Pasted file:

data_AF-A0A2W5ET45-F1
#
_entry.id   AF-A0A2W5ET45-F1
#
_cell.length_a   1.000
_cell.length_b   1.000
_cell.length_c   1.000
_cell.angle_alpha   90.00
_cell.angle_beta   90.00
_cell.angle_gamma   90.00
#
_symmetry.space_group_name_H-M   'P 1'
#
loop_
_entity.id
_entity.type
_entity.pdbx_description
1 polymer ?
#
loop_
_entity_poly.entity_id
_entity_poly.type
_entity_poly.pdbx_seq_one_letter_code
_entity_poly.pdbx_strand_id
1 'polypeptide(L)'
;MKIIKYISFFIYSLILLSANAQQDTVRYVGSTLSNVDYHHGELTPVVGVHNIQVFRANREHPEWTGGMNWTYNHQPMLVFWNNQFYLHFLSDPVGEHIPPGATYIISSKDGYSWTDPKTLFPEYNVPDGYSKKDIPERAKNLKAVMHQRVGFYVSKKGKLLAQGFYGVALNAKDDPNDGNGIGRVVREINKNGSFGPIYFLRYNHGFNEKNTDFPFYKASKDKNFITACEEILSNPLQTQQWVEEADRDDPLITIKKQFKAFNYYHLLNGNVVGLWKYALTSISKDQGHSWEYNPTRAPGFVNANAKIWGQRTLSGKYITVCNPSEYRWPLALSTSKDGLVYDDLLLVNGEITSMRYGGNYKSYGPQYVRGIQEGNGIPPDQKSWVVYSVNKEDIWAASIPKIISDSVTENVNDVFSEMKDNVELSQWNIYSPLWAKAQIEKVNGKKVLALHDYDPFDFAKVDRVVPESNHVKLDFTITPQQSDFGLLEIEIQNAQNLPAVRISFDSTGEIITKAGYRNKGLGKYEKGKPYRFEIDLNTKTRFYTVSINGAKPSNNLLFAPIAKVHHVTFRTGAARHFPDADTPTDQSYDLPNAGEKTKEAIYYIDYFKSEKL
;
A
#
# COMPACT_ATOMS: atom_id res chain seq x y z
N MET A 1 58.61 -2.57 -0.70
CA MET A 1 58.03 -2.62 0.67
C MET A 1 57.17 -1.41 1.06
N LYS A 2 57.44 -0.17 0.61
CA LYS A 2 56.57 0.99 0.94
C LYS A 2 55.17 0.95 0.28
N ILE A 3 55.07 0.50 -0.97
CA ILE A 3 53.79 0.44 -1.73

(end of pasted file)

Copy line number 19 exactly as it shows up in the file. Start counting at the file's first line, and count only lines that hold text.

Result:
#